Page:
As 3D printing technology becoming more mature and cheaper, it is commonly used in prototyping, production, and other scenarios. However, there is one limitation for the large object printing: print objects are limited by the printing space of 3D printers. To solve this problem, we can optimally separate the large 3D model and merge the partitions after printing the individual parts.
For the optimization of 3D model partitions, the initial design stage has a tremendous effect on the quality of 3D printed objects. With additive manufacturing (AM), the traditional process of fabrication is reversed. Objects are created by ‘adding’ material layer-by-layer, instead of through the traditional ‘subtractive’ methods. This means the sliced files uploaded to the printer need to be exactly as the designer intended. Otherwise, the print may fail or not accurately represent the designer’s intentions. These issues must be avoided at the initial design stage.
Partitioning Large Prints
Such a high standard of design inevitably creates multiple issues. One issue is the size of prints. Although the improving quality of FFF printers is making industrial-grade results more affordable, their small size may limit the dimensions of the final print.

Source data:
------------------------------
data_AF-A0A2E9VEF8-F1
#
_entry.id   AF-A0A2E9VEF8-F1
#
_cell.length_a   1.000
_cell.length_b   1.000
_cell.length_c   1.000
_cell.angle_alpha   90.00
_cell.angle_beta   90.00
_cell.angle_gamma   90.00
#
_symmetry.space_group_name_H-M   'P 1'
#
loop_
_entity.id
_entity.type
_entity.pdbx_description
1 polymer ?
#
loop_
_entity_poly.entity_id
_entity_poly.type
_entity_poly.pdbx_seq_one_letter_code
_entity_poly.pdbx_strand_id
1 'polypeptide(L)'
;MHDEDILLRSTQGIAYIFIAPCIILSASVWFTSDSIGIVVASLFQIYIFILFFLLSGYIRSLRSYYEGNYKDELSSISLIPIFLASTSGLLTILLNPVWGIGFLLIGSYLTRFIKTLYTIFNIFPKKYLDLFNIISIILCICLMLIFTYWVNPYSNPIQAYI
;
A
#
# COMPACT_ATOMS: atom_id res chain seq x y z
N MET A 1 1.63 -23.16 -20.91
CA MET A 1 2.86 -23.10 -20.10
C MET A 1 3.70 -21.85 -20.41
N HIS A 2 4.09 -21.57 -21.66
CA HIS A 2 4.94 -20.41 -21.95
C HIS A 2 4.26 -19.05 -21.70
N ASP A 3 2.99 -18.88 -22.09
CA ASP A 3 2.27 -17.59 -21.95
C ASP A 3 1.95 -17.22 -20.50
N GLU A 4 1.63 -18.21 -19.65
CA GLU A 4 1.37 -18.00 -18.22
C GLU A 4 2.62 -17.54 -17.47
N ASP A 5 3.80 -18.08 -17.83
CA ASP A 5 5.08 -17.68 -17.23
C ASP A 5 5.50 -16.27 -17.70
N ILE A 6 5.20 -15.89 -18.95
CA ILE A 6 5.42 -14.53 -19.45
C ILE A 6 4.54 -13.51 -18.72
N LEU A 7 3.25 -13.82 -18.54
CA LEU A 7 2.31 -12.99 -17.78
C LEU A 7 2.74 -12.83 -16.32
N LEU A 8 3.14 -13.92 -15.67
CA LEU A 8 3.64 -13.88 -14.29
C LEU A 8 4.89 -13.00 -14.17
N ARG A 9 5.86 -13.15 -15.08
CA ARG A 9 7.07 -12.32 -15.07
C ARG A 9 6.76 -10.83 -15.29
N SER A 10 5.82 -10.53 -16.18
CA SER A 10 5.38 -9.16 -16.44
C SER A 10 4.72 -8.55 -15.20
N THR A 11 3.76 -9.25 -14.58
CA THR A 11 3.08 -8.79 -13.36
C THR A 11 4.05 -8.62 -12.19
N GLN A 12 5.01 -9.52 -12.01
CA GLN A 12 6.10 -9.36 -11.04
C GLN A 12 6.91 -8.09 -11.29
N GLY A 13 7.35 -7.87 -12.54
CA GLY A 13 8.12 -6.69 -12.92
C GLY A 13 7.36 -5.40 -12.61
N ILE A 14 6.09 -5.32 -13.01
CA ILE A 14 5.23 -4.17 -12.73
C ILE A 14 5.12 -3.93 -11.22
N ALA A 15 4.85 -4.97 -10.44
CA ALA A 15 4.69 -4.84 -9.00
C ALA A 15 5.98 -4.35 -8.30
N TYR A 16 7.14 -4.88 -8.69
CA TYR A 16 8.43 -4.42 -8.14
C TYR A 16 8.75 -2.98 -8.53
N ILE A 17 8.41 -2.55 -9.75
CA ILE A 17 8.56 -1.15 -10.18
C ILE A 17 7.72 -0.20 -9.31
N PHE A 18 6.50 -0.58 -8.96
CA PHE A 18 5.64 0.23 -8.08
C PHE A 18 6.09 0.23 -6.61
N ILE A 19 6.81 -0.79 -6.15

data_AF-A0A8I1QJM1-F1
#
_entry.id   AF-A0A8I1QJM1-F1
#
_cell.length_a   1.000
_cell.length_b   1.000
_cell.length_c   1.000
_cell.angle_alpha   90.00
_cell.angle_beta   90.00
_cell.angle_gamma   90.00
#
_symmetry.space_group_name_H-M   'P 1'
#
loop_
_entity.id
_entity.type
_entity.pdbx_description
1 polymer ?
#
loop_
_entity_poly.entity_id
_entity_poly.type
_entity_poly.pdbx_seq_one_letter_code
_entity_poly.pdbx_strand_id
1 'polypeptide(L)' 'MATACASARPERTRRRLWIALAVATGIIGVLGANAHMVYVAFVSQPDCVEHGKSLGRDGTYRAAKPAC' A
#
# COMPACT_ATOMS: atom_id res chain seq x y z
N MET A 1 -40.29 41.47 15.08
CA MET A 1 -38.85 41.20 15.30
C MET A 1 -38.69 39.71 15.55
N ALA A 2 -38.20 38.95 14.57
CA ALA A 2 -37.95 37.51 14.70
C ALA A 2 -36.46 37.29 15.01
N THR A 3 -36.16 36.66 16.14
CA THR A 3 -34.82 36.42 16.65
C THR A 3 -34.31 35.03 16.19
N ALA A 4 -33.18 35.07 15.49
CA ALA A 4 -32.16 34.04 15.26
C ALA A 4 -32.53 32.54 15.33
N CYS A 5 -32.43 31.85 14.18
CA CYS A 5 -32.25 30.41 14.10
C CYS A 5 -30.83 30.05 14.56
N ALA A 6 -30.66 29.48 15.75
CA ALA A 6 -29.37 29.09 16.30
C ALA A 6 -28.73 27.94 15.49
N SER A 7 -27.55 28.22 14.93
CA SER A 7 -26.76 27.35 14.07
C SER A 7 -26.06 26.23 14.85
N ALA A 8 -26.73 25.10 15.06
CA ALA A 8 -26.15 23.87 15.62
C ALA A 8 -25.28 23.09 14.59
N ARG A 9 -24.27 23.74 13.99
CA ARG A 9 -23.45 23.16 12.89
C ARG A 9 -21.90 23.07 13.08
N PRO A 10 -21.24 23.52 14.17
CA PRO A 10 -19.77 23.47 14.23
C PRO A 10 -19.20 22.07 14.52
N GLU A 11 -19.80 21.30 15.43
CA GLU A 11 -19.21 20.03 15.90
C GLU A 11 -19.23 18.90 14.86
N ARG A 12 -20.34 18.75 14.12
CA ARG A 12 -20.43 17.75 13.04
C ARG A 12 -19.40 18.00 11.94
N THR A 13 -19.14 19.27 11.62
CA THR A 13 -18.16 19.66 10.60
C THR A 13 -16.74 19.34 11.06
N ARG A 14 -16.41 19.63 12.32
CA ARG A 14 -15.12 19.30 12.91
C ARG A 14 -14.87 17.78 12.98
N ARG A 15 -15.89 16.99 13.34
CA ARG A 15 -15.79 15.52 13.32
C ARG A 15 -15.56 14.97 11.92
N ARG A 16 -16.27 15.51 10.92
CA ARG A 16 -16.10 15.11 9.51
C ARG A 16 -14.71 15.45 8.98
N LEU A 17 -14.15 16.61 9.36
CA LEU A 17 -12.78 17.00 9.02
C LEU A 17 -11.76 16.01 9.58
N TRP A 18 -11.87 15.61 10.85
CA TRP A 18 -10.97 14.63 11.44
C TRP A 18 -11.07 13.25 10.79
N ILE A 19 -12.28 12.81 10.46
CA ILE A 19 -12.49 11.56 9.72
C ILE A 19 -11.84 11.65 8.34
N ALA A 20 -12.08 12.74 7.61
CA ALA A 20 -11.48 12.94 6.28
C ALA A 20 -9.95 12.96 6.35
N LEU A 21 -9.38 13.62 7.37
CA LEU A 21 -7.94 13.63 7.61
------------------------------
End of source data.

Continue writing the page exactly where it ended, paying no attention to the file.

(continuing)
The solution lies within the design phase. The print needs to be segmented using CAD, with each piece divided in a way that maximizes the available space within the printer. The following pictures showcase an example of how straight cuts would look on a 3D model, and how they could be connected.
The partitioning of an object can be achieved in many ways. The main aspects considered to make the optimization of the partition successful are:
- Printability- the parts must fit in the printer.
- Assemblability- it must be possible to easily put the parts together.
- Aesthetics- the seams should not be evident to the naked eye and should follow the natural symmetry of the final object.
Academics have tried to develop algorithms to help improve the designer’s ability to get the best result. One of the most mentioned works from the last decade addressing this issue is the automatic segmentation system called ‘Chopper’, developed in 2012 by Professor Luo Linjie from the Computer Science department at Princeton University.
The following picture shows an object that’s been partitioned using the ‘Chopper’ algorithm. The algorithm has additional requirements that seek to optimize the object’s printability and assembly sequence (pairing the two parts to be joined at each step).
The algorithm is based on Binary Space Partitioning (BSP). This means that when the object is being analyzed it will be evaluated by a series of conditions that must be met before being partitioned. It will continue evaluating the object and dividing pieces until it reaches an ‘optimum’ for that print.
These conditions are a series of objectives that are explored by the algorithm, which can either be automatic or set up by the user. These include:
- Several parts– estimation of the minimum number of prints possible to complete the object.
- Connector feasibility– maximization of the potential quality of connector placement and consequential object robustness.
- Structural soundness– avoidance of cuts through high-stress areas of the object.